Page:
What I heard was that I was putting Peeper’s health at risk by depriving her of the food she needed, in order to satisfy my own whims; that it really didn't matter whether she breastfed, and I was being silly to be so upset about it; and that I should just stop this and do what was best for Peeper.
But I knew damn well that what was best for Peeper was to breastfeed, and I knew that to me, it would be the end of the world if she weren't able to, and I'd be damned if I was going to give up on her – and myself - this soon.
All day Thursday, I asked for a visit from the lactation consultant, but she was tied up on the labor and delivery floor, so it was evening before she made it over, and she'd not been there very long when the pediatrician came in to talk to us.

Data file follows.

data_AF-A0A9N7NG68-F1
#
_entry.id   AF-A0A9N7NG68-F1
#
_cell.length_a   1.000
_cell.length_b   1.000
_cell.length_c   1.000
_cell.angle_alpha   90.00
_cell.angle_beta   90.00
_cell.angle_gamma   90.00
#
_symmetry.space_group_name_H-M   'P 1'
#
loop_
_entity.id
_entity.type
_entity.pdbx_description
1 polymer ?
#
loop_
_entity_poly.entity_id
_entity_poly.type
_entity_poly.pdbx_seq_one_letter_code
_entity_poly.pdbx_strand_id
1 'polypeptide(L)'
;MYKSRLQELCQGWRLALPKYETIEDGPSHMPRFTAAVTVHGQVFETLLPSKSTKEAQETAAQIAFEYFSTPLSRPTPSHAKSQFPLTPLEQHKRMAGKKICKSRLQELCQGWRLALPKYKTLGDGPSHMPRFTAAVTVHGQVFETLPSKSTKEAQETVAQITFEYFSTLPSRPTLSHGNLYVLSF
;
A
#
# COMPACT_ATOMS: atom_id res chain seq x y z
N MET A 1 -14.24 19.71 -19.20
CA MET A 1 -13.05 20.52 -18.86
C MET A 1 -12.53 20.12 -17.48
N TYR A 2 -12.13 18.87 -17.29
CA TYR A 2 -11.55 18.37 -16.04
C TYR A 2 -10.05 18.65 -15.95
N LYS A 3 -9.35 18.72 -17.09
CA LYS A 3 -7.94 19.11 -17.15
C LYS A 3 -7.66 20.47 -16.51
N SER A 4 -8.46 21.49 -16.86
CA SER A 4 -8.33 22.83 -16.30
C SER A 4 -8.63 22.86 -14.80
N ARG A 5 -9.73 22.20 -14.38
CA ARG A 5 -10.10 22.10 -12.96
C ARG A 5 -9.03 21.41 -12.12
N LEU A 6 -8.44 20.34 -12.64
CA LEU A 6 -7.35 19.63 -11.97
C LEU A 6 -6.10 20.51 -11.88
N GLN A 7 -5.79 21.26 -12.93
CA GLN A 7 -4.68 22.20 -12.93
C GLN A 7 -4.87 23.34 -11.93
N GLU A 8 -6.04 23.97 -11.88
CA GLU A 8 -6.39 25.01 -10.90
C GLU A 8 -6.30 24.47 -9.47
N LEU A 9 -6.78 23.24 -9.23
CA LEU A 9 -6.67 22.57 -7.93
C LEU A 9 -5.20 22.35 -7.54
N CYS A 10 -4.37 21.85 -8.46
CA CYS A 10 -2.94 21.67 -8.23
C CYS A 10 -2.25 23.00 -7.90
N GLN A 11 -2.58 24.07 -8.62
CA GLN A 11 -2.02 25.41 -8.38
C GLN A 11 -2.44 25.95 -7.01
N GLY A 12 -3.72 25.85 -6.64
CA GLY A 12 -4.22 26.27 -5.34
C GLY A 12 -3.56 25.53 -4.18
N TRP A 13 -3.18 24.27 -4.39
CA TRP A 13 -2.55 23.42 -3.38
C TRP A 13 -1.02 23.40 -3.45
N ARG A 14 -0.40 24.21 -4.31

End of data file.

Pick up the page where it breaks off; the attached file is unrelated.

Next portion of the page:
At this point, Peeper had been having trouble keeping her temperature up, while laying under the bililights in just a diaper, so the heat in the room had been turned up to about eighty degrees. I was sitting on a chair in the corner of the room, right under the ceiling heat lamp, Peeper was in her bassinet, and Shrike was somewhere on the other side of the room. In the tiny room with us were the lactation consultant, the pediatrician, Shrike's mother and sister, and one or two nurses.
I will forever think of this conversation as "The Nipple Intervention."
The pediatrician started by saying that "I know that breastfeeding is important to you, and it is the best thing for Peeper, so we definitely want her to do it, but . . . ."